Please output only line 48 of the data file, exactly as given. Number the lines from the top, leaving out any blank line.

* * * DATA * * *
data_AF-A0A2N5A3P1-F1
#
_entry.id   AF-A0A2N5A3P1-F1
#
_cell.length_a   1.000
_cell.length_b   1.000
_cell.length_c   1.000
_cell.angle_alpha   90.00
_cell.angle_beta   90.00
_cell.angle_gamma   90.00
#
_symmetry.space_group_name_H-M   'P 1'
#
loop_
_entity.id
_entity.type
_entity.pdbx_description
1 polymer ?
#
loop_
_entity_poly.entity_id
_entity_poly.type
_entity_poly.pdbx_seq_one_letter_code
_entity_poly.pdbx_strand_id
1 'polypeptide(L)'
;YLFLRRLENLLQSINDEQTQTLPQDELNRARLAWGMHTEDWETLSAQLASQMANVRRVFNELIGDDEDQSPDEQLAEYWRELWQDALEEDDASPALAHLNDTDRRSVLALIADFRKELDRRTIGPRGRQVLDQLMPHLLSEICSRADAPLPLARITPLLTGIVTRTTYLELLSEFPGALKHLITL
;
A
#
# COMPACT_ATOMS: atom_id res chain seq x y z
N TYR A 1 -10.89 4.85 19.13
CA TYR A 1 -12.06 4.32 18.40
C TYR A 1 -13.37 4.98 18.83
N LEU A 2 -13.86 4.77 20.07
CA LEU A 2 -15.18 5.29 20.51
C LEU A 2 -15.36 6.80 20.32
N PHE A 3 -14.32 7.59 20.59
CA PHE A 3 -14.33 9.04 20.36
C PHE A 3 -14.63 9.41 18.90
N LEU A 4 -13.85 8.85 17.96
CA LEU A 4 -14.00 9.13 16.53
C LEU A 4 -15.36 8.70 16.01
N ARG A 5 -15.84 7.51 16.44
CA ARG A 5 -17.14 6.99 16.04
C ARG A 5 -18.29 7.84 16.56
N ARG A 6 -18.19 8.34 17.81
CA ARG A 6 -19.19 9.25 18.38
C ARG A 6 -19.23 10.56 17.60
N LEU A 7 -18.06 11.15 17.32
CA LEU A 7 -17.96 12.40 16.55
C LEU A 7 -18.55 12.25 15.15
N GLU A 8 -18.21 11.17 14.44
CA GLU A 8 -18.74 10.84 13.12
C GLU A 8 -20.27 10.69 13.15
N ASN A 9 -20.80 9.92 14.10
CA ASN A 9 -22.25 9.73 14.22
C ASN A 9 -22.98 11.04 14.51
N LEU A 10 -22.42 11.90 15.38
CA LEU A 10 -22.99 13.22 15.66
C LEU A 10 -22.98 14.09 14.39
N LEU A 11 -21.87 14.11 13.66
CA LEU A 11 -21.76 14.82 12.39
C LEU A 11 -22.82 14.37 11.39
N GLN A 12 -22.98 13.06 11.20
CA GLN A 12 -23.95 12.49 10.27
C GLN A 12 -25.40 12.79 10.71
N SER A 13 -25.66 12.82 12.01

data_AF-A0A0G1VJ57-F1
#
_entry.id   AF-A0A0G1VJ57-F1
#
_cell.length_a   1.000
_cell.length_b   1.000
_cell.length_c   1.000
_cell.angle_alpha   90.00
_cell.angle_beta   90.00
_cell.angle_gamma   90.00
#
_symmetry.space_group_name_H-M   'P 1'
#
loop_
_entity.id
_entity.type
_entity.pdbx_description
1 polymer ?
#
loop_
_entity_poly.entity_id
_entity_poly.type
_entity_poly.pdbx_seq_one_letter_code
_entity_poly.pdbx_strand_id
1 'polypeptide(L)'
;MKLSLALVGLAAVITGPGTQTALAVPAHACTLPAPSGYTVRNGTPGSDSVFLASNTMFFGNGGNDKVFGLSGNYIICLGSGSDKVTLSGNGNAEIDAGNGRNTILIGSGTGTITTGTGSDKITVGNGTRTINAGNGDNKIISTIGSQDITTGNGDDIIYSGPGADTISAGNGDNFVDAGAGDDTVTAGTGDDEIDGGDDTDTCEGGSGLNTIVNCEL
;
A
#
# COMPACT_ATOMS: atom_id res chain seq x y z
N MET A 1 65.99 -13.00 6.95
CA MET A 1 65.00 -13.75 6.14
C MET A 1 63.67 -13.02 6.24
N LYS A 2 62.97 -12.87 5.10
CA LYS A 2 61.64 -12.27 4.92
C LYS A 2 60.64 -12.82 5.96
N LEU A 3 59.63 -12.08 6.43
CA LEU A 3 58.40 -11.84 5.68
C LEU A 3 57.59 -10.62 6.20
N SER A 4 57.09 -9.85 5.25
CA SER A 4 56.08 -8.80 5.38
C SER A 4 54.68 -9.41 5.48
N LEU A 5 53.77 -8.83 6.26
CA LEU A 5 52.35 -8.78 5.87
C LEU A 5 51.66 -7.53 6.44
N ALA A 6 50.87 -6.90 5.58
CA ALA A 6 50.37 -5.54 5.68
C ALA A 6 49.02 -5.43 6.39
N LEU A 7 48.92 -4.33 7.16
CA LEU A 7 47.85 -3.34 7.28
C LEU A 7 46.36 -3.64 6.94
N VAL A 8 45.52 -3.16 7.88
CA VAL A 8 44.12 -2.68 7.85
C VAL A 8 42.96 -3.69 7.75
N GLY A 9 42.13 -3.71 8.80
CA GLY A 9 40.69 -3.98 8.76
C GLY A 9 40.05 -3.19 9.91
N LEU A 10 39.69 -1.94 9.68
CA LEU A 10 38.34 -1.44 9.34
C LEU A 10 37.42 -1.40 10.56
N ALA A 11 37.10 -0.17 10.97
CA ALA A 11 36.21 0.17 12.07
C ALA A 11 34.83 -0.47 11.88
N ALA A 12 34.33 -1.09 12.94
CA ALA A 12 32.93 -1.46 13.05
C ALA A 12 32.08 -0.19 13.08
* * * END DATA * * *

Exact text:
C ARG A 6 -19.23 10.56 17.60